According to Arnet, the fan mail he received wasn’t just a bunch of young kids gushing to their idol. Kids would tell Rogers about a pet or family member who died, or other issues with which they were grappling. “No child ever received a form letter from Mister Rogers," Arnet said, noting that he received between 50 and 100 letters per day.

4. ANIMALS LOVED HIM AS MUCH AS PEOPLE DID.

It wasn’t just kids and their parents who loved Mister Rogers. Koko, the Stanford-educated gorilla who understands 2000 English words and can also converse in American Sign Language, was an avid Mister Rogers’ Neighborhood watcher, too. When Rogers visited her, she immediately gave him a hug—and took his shoes off.

5. HE WAS AN ACCOMPLISHED MUSICIAN.

Though Rogers began his education in the Ivy League, at Dartmouth, he transferred to Rollins College following his freshman year in order to pursue a degree in music (he graduated Magna cum laude). In addition to being a talented piano player, he was also a wonderful songwriter and wrote all the songs for Mister Rogers' Neighborhood—plus hundreds more.

6. HIS INTEREST IN TELEVISION WAS BORN OUT OF A DISDAIN FOR THE MEDIUM.

Rogers’s decision to enter into the television world wasn’t out of a passion for the medium—far from it. "When I first saw children's television, I thought it was perfectly horrible," Rogers told Pittsburgh Magazine. "And I thought there was some way of using this fabulous medium to be of nurture to those who would watch and listen."

7. KIDS WHO WATCHED MISTER ROGERS’ NEIGHBORHOOD RETAINED MORE THAN THOSE WHO WATCHED SESAME STREET.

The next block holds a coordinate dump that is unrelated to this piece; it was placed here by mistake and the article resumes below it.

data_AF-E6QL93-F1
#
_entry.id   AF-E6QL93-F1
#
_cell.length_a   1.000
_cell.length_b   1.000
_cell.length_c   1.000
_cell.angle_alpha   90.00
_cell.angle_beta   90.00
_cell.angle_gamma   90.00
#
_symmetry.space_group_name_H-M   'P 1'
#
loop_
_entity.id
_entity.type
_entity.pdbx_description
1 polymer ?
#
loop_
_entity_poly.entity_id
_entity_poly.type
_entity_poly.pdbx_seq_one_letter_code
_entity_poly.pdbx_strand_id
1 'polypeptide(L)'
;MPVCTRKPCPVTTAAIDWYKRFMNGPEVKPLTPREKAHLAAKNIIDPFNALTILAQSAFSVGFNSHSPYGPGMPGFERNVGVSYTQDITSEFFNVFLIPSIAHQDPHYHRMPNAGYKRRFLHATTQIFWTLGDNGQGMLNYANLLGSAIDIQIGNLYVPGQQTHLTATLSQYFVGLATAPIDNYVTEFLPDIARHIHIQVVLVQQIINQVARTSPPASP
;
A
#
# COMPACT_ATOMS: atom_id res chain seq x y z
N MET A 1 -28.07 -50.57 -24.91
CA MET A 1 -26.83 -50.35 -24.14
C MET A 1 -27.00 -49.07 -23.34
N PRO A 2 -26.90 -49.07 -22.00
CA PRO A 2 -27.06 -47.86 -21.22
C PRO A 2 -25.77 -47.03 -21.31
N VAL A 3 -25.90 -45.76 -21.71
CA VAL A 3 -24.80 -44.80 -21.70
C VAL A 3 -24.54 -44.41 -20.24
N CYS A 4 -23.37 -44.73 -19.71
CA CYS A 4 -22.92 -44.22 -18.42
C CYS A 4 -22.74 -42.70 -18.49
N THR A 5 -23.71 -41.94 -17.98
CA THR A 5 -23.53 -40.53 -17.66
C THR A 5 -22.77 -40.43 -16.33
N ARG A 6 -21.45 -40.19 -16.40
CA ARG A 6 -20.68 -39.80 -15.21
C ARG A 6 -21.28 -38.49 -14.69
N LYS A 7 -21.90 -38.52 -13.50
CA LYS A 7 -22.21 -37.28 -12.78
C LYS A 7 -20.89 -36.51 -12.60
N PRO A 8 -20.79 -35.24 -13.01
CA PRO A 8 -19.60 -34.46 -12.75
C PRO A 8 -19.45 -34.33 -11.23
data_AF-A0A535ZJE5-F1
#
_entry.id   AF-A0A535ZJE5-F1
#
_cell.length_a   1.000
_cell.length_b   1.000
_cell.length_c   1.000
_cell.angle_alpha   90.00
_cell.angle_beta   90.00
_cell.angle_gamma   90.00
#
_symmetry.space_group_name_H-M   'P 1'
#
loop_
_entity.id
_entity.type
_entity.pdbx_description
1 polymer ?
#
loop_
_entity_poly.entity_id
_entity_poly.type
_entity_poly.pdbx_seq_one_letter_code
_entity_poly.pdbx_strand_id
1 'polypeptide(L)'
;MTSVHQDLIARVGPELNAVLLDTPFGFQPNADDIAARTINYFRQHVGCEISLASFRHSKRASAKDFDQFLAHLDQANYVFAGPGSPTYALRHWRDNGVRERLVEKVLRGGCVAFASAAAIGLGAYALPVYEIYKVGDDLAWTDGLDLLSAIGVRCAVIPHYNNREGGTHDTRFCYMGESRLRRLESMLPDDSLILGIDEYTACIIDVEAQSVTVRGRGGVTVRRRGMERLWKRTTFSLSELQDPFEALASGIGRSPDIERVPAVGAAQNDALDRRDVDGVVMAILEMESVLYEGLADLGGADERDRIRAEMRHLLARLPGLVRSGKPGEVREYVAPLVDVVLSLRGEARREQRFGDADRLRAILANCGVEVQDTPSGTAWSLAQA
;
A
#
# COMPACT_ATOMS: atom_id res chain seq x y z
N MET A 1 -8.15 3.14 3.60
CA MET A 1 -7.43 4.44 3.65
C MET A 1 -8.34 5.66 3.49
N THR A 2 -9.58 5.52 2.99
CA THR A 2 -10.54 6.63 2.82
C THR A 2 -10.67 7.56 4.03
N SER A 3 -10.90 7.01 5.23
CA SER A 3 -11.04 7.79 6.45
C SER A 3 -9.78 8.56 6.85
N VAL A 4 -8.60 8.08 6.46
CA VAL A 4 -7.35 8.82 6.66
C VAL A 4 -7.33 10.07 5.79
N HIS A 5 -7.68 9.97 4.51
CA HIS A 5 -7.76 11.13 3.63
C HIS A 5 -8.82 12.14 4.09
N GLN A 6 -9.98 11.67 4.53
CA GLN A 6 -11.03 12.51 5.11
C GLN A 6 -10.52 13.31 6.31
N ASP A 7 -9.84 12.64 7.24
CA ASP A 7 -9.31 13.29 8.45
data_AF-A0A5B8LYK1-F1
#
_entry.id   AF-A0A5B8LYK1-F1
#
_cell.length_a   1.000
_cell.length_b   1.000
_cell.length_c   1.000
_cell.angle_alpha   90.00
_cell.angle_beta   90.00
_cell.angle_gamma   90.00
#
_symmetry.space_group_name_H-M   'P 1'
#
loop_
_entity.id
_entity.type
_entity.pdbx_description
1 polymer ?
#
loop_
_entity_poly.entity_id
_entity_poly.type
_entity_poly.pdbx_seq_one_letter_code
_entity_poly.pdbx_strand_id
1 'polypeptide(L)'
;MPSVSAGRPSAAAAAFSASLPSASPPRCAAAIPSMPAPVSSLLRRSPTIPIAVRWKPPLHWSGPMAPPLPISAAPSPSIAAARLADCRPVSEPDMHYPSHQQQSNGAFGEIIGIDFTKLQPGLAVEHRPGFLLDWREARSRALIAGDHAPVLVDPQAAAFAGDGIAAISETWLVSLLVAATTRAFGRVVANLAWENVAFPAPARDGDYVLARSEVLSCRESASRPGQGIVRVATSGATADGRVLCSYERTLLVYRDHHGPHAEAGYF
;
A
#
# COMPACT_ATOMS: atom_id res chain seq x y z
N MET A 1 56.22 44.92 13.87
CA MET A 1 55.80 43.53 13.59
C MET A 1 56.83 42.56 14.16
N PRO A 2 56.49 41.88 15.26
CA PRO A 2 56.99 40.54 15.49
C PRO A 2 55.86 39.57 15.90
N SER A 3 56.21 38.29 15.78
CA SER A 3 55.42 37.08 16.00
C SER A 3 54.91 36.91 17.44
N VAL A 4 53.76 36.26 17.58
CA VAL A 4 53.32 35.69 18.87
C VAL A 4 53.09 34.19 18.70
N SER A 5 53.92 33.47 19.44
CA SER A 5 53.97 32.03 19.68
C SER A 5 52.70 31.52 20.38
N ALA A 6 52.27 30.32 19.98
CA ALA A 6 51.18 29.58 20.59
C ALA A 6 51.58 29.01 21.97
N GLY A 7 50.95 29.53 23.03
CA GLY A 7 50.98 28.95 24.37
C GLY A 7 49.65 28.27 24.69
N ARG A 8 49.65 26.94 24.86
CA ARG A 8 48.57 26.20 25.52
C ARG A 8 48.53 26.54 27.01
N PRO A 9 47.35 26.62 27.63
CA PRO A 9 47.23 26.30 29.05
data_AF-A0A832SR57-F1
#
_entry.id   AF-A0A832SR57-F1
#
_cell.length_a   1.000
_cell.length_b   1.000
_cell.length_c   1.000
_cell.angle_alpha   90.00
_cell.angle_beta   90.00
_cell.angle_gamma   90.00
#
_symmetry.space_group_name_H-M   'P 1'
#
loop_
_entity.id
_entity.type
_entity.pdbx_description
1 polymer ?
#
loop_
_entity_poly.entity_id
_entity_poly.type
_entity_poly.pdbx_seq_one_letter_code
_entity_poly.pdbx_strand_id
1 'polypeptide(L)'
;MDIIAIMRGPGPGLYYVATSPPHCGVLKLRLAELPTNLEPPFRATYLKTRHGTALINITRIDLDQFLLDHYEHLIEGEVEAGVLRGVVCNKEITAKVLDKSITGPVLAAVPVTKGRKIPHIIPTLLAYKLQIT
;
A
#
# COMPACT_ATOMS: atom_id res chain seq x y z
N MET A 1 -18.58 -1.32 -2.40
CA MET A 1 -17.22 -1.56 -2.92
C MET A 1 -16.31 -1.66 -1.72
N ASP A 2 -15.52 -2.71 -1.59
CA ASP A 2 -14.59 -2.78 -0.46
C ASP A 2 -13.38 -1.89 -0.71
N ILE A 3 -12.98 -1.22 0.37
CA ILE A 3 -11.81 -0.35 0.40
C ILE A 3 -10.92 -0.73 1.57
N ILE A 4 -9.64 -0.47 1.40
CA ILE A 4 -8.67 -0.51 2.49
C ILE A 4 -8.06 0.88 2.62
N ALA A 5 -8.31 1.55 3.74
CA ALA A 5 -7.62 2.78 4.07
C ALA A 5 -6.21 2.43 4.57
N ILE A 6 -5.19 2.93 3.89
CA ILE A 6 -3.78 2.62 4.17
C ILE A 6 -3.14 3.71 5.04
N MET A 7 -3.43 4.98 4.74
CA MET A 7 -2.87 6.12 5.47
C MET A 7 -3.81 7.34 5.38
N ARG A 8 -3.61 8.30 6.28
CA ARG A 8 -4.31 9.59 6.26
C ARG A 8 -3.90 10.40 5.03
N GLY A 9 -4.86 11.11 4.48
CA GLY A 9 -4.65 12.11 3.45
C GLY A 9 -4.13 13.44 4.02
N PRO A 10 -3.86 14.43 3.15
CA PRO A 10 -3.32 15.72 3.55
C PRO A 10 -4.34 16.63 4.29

A Yale study pitted fans of Sesame Street against Mister Rogers’ Neighborhood watchers and found that kids who watched Mister Rogers tended to remember more of the story lines, and had a much higher “tolerance of delay,” meaning they were more patient.

8. ROGERS’S MOM KNIT ALL OF HIS SWEATERS.

If watching an episode of Mister Rogers’ Neighborhood gives you sweater envy, we’ve got bad news: You’d never be able to find his sweaters in a store. All of those comfy-looking cardigans were knitted by Fred’s mom, Nancy. In an interview with the Archive of American Television, Rogers explained how his mother would knit sweaters for all of her loved ones every year as Christmas gifts. “And so until she died, those zippered sweaters I wear on the Neighborhood were all made by my mother,” he explained.

9. HE WAS COLORBLIND.

Those brightly colored sweaters were a trademark of Mister Rogers’ Neighborhood, but the colorblind host might not have always noticed. In a 2003 article, just a few days after his passing, the Pittsburgh Post-Gazette wrote that:

Among the forgotten details about Fred Rogers is that he was so colorblind he could not distinguish between tomato soup and pea soup.

He liked both, but at lunch one day 50 years ago, he asked his television partner Josie Carey to taste it for him and tell him which it was.

Why did he need her to do this, Carey asked him. Rogers liked both, so why not just dip in?

"If it's tomato soup, I'll put sugar in it," he told her.

10. HE WORE SNEAKERS AS A PRODUCTION CONSIDERATION.

According to Wagner, Rogers’s decision to change into sneakers for each episode of Mister Rogers’ Neighborhood was about production, not comfort. “His trademark sneakers were born when he found them to be quieter than his dress shoes as he moved about the set,” wrote Wagner.

11. MICHAEL KEATON GOT HIS START ON THE SHOW.

Oscar-nominated actor Michael Keaton's first job was as a stagehand on Mister Rogers' Neighborhood, manning Picture, Picture, and appearing as Purple Panda.

12. ROGERS GAVE GEORGE ROMERO HIS FIRST PAYING GIG, TOO.

It's hard to imagine a gentle, soft-spoken, children's education advocate like Rogers sitting down to enjoy a gory, violent zombie movie like Dawn of the Dead, but it actually aligns perfectly with Rogers's brand of thoughtfulness. He checked out the horror flick to show his support for then-up-and-coming filmmaker George Romero, whose first paying job was with everyone's favorite neighbor.